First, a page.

Besides Sam, there was a wild motley of other characters. This book has a little bit of everything, from a werebear to a talking severed head to a spunky dead girl that owns a Blackberry. There were some characters I enjoyed, as they provided a source of entertainment throughout Hold Me Closer, Necromancer, but there were others I was indifferent to. The latter didn't really affect me emotionally. Douglas, our villain, was one of those. I know he was supposed to be big, bad and scary, but for some reason, I was not quaking in my boots. Usually, I'm a huge fan of the villains (I'd so pick Loki over Thor anytime), but Douglas wasn't a favorite. I guess this was because he didn't have any admirable qualities. I often have a love/hate relationship with the bad guys, but, yeah, Douglas was unimpressive.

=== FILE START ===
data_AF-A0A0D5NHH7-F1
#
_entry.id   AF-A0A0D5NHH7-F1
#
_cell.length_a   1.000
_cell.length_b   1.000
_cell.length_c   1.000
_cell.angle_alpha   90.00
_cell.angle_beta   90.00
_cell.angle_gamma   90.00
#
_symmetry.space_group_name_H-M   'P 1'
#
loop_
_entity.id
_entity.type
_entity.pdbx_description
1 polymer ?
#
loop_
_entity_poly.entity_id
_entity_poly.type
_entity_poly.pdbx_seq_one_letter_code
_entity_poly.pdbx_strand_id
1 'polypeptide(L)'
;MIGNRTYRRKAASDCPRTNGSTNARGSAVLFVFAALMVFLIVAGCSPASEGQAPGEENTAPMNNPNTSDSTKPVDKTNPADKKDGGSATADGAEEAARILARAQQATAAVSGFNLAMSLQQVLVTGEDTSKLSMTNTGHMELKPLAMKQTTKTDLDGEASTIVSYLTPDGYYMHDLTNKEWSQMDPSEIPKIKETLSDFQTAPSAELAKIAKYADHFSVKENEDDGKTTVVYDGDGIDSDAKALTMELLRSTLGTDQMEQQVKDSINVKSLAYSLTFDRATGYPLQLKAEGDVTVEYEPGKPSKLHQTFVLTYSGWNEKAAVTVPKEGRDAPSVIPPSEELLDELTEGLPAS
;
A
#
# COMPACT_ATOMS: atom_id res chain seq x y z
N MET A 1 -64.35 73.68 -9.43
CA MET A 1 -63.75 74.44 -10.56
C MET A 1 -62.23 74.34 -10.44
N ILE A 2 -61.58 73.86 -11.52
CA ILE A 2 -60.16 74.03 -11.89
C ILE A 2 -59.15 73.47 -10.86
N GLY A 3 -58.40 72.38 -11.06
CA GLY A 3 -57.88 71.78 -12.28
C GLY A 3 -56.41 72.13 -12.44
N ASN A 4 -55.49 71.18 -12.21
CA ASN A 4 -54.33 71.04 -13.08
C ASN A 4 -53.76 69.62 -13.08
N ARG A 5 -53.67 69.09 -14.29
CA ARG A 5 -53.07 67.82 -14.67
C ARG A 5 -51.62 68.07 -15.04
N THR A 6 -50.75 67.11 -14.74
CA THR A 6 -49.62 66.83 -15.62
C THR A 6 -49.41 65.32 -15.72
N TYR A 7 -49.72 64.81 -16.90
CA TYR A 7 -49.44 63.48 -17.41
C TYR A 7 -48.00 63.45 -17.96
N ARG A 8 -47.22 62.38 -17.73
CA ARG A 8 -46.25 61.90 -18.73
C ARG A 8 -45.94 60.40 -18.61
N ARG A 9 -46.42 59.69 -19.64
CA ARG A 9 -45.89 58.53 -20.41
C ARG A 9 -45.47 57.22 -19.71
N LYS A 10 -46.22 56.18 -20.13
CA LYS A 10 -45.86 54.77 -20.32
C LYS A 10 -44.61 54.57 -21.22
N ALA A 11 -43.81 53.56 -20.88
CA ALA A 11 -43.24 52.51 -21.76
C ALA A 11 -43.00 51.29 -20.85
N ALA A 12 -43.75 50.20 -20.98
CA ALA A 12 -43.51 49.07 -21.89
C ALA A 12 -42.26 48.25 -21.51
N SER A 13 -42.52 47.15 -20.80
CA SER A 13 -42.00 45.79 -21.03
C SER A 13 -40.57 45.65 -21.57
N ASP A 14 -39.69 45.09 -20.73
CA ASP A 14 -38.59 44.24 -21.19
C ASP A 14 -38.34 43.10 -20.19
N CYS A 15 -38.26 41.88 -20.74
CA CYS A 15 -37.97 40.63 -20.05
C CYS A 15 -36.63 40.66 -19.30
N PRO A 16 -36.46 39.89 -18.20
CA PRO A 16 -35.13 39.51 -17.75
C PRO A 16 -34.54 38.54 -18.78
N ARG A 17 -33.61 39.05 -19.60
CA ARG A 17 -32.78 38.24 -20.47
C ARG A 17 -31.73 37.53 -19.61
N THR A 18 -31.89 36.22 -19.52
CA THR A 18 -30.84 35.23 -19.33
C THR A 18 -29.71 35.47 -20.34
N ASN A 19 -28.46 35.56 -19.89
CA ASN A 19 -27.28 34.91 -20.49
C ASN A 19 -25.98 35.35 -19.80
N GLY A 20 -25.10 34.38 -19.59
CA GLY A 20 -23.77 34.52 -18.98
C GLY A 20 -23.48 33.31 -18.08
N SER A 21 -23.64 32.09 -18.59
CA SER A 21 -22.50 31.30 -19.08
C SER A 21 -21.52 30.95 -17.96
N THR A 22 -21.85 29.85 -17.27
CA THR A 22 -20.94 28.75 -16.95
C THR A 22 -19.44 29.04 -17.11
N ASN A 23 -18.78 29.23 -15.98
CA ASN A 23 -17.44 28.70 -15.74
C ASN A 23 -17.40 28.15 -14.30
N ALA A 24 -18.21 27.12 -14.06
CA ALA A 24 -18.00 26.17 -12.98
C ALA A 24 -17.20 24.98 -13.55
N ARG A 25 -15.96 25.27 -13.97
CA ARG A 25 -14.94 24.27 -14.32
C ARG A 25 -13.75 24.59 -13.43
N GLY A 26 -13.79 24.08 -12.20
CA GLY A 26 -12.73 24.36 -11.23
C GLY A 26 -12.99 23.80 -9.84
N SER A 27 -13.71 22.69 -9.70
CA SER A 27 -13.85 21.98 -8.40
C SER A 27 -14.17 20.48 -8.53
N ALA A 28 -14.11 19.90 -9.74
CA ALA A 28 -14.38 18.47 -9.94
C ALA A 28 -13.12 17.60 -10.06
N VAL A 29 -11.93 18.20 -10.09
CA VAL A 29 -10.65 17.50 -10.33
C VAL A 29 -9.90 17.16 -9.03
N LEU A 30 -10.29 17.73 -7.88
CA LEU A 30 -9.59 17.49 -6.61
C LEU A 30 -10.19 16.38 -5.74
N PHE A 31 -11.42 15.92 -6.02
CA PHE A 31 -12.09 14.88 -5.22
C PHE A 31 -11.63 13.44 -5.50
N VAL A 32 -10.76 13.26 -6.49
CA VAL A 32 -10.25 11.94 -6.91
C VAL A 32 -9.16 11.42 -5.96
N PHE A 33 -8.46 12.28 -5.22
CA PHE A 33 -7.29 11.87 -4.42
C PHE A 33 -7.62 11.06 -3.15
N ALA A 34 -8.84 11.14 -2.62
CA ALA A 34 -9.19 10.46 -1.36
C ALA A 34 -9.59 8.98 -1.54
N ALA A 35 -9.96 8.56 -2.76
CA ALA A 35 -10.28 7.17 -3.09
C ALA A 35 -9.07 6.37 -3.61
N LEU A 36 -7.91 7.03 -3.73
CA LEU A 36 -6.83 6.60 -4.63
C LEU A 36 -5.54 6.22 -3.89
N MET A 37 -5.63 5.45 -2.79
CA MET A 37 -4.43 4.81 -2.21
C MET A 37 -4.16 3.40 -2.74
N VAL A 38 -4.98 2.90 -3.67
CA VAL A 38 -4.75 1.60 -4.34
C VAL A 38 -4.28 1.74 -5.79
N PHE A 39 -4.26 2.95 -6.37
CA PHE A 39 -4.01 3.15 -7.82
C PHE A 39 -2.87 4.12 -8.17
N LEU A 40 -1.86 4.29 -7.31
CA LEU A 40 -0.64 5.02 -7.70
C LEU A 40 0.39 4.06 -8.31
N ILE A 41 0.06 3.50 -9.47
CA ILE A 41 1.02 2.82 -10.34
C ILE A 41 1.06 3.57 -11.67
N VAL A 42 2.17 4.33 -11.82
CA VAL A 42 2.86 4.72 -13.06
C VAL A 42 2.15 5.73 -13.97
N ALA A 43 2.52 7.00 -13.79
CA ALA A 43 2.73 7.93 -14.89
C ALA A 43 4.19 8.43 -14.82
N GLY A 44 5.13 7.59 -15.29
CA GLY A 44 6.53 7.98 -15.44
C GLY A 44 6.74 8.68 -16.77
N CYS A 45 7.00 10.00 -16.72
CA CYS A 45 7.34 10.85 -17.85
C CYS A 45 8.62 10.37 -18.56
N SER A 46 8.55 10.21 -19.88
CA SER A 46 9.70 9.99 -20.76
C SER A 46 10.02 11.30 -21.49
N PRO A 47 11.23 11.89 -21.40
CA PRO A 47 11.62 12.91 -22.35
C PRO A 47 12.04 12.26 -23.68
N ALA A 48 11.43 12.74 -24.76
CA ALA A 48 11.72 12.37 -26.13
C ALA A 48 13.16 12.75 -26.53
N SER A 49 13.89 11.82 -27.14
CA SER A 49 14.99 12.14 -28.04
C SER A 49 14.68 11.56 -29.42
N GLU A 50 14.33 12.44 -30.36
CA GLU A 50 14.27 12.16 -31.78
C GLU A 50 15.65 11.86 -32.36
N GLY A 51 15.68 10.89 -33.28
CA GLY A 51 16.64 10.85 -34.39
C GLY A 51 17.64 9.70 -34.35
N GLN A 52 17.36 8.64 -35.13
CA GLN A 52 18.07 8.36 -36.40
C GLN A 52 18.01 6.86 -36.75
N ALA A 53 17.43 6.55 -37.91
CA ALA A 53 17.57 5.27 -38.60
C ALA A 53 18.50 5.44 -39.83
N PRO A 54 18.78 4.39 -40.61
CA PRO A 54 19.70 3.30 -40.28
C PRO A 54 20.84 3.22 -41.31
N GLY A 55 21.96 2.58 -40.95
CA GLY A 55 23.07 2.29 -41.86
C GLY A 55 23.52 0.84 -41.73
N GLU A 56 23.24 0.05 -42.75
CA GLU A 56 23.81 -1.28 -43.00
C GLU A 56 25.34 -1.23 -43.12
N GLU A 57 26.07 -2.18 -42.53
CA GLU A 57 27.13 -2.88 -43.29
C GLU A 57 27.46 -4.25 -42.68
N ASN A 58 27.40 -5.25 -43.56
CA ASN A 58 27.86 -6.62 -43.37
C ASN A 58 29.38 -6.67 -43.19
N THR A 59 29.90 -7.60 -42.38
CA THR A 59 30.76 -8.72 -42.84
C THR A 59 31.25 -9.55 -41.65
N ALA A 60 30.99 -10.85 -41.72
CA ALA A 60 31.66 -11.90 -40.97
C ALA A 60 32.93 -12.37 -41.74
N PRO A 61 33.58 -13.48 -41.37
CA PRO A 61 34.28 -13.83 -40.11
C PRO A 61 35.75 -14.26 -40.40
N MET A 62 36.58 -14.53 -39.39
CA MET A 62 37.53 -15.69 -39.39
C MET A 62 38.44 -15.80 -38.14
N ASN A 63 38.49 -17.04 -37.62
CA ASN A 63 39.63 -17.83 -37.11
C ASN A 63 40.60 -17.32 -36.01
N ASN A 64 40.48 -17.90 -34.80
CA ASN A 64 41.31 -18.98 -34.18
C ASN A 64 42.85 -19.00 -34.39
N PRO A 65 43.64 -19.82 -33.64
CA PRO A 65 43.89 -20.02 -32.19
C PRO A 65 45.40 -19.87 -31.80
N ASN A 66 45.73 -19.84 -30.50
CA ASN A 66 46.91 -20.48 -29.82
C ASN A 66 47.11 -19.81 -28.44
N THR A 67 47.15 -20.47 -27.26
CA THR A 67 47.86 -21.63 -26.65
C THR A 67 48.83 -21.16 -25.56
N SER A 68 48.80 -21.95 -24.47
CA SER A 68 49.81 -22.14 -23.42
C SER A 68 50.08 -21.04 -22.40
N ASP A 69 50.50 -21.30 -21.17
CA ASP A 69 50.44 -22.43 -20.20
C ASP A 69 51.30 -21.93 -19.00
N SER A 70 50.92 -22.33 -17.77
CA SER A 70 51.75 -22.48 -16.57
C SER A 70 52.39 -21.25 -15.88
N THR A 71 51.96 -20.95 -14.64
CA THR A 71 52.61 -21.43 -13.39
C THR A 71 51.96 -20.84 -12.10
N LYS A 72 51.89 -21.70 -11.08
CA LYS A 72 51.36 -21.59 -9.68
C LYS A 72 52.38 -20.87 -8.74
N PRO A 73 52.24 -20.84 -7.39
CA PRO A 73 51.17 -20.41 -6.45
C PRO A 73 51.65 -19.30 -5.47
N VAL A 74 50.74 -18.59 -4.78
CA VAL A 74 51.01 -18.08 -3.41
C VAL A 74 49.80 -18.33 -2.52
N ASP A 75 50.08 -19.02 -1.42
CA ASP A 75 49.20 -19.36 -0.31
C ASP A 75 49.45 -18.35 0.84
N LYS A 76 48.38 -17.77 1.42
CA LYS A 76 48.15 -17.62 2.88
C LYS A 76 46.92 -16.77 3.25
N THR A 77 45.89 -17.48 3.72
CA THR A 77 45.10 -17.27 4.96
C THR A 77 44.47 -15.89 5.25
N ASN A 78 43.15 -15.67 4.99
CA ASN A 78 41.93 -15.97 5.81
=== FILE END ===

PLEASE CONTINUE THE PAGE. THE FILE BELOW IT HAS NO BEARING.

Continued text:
One of my favorite characters had to be Ashley. This girl was snarky and so much fun, and I'm sad to say that she doesn't show up until later on in the book. I'm hoping to see more of her in the sequel. Another favorite was Mrs. W. I cannot get enough of older ladies that surprise you with their ferocity and spunk, and she was one of those. As for Sam's friends, I loved how Hold Me Closer, Necromancer emphasized friendship and showed the deep bond Sam shared with his close friends. Ramon, Frank and Brooke were all amazing friends to Sam, and I would have loved to have any of them as a close friend. I also couldn't believe that I grew to like a reanimated severed head so much, but, somehow, McBride made a gross situation almost laughable. Though there were times I felt a little teary-eyed; I mean, it can't be easy not having a body. What if your nose itches? That could be torturous.